Verbatim or the like

Discussion in 'HTML' started by Dieter Britz, Sep 21, 2009.

  1. Dieter Britz

    Dieter Britz Guest

    I use HTML markup directly, to make web pages, not web page tools. Now I
    want to reproduce some text as is, i.e. not have it formatted. An example
    might be a program, or, say, a poem. In my case, some BibTeX entries.

    Is there an HTML markup that prevents formatting, like <NOFORMAT>, or
    <LITERAL> or the like? I tried googling, but find only pointers to
    buttons to press within web building tools - which I don't use.
    --
    Dieter Britz (dieterbritz<at>yahoo.com)
     
    Dieter Britz, Sep 21, 2009
    #1
    1. Advertising

  2. Ben C wrote:
    > On 2009-09-21, Dieter Britz <> wrote:


    >> Is there an HTML markup that prevents formatting, like <NOFORMAT>, or
    >> <LITERAL> or the like? I tried googling, but find only pointers to
    >> buttons to press within web building tools - which I don't use.

    >
    > PRE (stands for "preformatted" which is a euphemism for "not
    > formatted").


    To OP a handy reference for you:

    http:://www.w3.org/TR/html4/index/elements.html

    --
    Take care,

    Jonathan
    -------------------
    LITTLE WORKS STUDIO
    http://www.LittleWorksStudio.com
     
    Jonathan N. Little, Sep 21, 2009
    #2
    1. Advertising

  3. Ben C wrote:

    >> Is there an HTML markup that prevents formatting, like <NOFORMAT>, or
    >> <LITERAL> or the like? I tried googling, but find only pointers to
    >> buttons to press within web building tools - which I don't use.

    >
    > PRE (stands for "preformatted" which is a euphemism for "not
    > formatted").


    I would not call it a euphemism. Informally, <pre>...</pre> means: the text
    data inside the tags has been formatted in a particular way, as regards to
    the use of spaces, newlines, and other whitespace - don't change this the
    way you usually (and for good reasons) do with text! Se it's preformatted
    and must not be reformatted.

    On the other hand, is such formatting essential to poetry? Poetry is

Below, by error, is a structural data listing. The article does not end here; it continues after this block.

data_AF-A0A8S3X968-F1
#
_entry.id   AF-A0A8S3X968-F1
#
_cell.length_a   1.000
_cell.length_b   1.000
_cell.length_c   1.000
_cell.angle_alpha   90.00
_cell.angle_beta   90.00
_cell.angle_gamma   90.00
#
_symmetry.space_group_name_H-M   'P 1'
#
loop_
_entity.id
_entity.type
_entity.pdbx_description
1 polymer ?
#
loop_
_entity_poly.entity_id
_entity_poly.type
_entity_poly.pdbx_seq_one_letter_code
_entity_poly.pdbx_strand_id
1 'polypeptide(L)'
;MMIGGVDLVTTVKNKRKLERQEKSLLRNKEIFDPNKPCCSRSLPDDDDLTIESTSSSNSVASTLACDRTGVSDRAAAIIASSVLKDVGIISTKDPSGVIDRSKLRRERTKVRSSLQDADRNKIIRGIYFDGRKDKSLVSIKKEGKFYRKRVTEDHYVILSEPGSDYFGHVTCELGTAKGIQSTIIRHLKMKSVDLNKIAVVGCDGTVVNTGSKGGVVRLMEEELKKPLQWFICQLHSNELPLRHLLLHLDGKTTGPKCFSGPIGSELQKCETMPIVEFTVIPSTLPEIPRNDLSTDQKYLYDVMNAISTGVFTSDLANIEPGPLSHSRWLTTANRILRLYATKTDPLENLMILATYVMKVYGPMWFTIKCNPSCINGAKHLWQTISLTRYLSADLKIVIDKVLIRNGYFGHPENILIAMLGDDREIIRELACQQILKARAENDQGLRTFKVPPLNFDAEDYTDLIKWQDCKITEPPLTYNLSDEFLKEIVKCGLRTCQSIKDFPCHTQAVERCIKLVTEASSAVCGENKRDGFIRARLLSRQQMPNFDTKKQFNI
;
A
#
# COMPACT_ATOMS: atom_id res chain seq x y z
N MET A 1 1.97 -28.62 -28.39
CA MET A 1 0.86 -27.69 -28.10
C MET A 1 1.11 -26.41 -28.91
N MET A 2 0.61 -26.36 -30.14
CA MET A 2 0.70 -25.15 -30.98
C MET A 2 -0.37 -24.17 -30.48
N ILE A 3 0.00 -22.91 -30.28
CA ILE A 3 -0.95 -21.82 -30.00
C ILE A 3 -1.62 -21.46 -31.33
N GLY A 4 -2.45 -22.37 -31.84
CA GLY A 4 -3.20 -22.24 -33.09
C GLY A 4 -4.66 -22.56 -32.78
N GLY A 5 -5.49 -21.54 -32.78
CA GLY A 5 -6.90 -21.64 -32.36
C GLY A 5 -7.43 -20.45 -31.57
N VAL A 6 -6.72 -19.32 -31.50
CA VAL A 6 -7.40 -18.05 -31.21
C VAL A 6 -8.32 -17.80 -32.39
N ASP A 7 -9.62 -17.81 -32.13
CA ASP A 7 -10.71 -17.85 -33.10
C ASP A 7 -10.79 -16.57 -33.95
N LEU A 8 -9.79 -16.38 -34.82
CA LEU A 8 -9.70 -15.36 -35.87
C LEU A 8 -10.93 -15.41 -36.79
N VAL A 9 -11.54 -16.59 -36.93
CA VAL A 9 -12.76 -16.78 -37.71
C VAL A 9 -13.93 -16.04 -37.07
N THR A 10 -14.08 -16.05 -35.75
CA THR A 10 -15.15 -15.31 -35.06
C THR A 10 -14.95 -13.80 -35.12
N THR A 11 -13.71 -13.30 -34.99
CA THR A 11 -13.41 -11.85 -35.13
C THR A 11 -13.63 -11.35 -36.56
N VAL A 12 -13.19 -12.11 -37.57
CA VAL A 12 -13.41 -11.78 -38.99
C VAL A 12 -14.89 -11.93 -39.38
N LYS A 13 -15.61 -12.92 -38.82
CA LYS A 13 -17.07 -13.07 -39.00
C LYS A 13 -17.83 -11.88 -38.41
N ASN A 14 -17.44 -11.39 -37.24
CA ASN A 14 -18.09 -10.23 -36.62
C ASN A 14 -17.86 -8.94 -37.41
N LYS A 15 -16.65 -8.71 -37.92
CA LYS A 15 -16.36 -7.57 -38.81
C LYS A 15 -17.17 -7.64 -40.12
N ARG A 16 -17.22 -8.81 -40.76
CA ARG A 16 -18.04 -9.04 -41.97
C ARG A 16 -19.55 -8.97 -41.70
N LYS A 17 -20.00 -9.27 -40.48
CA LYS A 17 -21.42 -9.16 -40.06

thousands of years older than written language, not to mention spaces and
    significant newlines. While a poem can usually be divided into units we
    might call "lines", in an abstract structural sense, and this concept can
    usually be mapped to the concept of a line of text, I would rather use some
    markup for the lines, say

    <div class="poem">
    <div>...</div>
    <div>...</div>
    ....
    <div>...</div>
    </div>

    The advantages might become obvious if you think how a poem should be
    rendered in a small-size device, like a fairly primitive cell phone with a
    small line length. Using <pre> you lose data or get a horizontal scroll bar.
    Using the approach I suggest, you could use CSS to suggest indentation of
    continuation lines in order to make the structure (division into abstract
    "lines") understandable.

    > Still need to escape < and > (use &lt; and &gt;).


    No, only "<" and "&" need to be escaped, and in some contexts only. It's a
    good idea, though, to escape all of "<", ">", and "&" independently of
    context (when they are not used for markup), just for simplicity. And of
    these, "&" is probably the one that might appear in poetry...

    --
    Yucca, http://www.cs.tut.fi/~jkorpela/
     
    Jukka K. Korpela, Sep 21, 2009
    #3
  4. Ben C wrote:
    [...]
    > I wouldn't use PRE except for code listings.

    [...]

    You wouldn't use <code> then?

    Cheers,
    Nige

    --
    Nigel Moss
    http://www.nigenet.org.uk
    Replace "spamfree" in email address with "nigel" to reply
    "Your mother ate my dog!", "Not all of him"
     
    nice.guy.nige, Sep 21, 2009
    #4
  5. Dieter Britz

    William Gill Guest

    William Gill, Sep 21, 2009
    #5
  6. Dieter Britz

    dorayme Guest

    In article <>,
    Ben C <> wrote:

    > On 2009-09-21, Dieter Britz <> wrote: